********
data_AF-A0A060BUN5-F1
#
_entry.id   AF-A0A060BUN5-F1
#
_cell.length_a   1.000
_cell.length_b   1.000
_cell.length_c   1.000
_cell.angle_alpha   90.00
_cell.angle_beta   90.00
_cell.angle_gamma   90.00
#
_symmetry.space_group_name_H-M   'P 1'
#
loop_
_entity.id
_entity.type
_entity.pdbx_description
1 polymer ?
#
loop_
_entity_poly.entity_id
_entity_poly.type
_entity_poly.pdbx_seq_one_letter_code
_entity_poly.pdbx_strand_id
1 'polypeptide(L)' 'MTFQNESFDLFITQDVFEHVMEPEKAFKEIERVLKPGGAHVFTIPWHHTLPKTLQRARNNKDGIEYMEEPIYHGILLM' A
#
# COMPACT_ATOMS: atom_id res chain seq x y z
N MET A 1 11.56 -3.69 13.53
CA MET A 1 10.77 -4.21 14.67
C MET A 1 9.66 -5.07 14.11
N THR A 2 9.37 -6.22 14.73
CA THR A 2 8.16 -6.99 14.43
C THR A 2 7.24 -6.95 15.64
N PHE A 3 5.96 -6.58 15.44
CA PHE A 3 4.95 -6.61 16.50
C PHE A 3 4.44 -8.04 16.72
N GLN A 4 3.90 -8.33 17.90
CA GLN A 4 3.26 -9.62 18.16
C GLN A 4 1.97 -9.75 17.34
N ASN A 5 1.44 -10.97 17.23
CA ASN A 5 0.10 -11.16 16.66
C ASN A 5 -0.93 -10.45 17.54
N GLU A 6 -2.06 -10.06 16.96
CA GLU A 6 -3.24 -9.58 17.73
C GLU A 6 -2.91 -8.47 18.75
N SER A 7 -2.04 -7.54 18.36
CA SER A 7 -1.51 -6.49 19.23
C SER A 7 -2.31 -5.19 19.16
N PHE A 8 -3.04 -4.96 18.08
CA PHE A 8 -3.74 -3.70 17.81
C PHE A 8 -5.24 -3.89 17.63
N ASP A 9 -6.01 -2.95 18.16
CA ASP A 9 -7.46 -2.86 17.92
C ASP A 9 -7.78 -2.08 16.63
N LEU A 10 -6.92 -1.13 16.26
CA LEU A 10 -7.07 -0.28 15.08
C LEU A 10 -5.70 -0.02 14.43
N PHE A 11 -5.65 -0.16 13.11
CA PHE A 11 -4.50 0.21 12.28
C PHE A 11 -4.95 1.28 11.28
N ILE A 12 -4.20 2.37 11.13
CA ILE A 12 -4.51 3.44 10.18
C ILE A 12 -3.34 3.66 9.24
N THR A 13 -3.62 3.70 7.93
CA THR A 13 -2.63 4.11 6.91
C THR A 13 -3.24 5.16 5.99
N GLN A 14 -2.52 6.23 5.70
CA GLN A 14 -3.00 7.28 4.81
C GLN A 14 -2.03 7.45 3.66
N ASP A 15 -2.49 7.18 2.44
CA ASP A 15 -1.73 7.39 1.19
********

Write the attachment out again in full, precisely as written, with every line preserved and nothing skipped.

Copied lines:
data_AF-A0A060BUN5-F1
#
_entry.id   AF-A0A060BUN5-F1
#
_cell.length_a   1.000
_cell.length_b   1.000
_cell.length_c   1.000
_cell.angle_alpha   90.00
_cell.angle_beta   90.00
_cell.angle_gamma   90.00
#
_symmetry.space_group_name_H-M   'P 1'
#
loop_
_entity.id
_entity.type
_entity.pdbx_description
1 polymer ?
#
loop_
_entity_poly.entity_id
_entity_poly.type
_entity_poly.pdbx_seq_one_letter_code
_entity_poly.pdbx_strand_id
1 'polypeptide(L)' 'MTFQNESFDLFITQDVFEHVMEPEKAFKEIERVLKPGGAHVFTIPWHHTLPKTLQRARNNKDGIEYMEEPIYHGILLM' A
#
# COMPACT_ATOMS: atom_id res chain seq x y z
N MET A 1 11.56 -3.69 13.53
CA MET A 1 10.77 -4.21 14.67
C MET A 1 9.66 -5.07 14.11
N THR A 2 9.37 -6.22 14.73
CA THR A 2 8.16 -6.99 14.43
C THR A 2 7.24 -6.95 15.64
N PHE A 3 5.96 -6.58 15.44
CA PHE A 3 4.95 -6.61 16.50
C PHE A 3 4.44 -8.04 16.72
N GLN A 4 3.90 -8.33 17.90
CA GLN A 4 3.26 -9.62 18.16
C GLN A 4 1.97 -9.75 17.34
N ASN A 5 1.44 -10.97 17.23
CA ASN A 5 0.10 -11.16 16.66
C ASN A 5 -0.93 -10.45 17.54
N GLU A 6 -2.06 -10.06 16.96
CA GLU A 6 -3.24 -9.58 17.73
C GLU A 6 -2.91 -8.47 18.75
N SER A 7 -2.04 -7.54 18.36
CA SER A 7 -1.51 -6.49 19.23
C SER A 7 -2.31 -5.19 19.16
N PHE A 8 -3.04 -4.96 18.08
CA PHE A 8 -3.74 -3.70 17.81
C PHE A 8 -5.24 -3.89 17.63
N ASP A 9 -6.01 -2.95 18.16
CA ASP A 9 -7.46 -2.86 17.92
C ASP A 9 -7.78 -2.08 16.63
N LEU A 10 -6.92 -1.13 16.26
CA LEU A 10 -7.07 -0.28 15.08
C LEU A 10 -5.70 -0.02 14.43
N PHE A 11 -5.65 -0.16 13.11
CA PHE A 11 -4.50 0.21 12.28
C PHE A 11 -4.95 1.28 11.28
N ILE A 12 -4.20 2.37 11.13
CA ILE A 12 -4.51 3.44 10.18
C ILE A 12 -3.34 3.66 9.24
N THR A 13 -3.62 3.70 7.93
CA THR A 13 -2.63 4.11 6.91
C THR A 13 -3.24 5.16 5.99
N GLN A 14 -2.52 6.23 5.70
CA GLN A 14 -3.00 7.28 4.81
C GLN A 14 -2.03 7.45 3.66
N ASP A 15 -2.49 7.18 2.44
CA ASP A 15 -1.73 7.39 1.19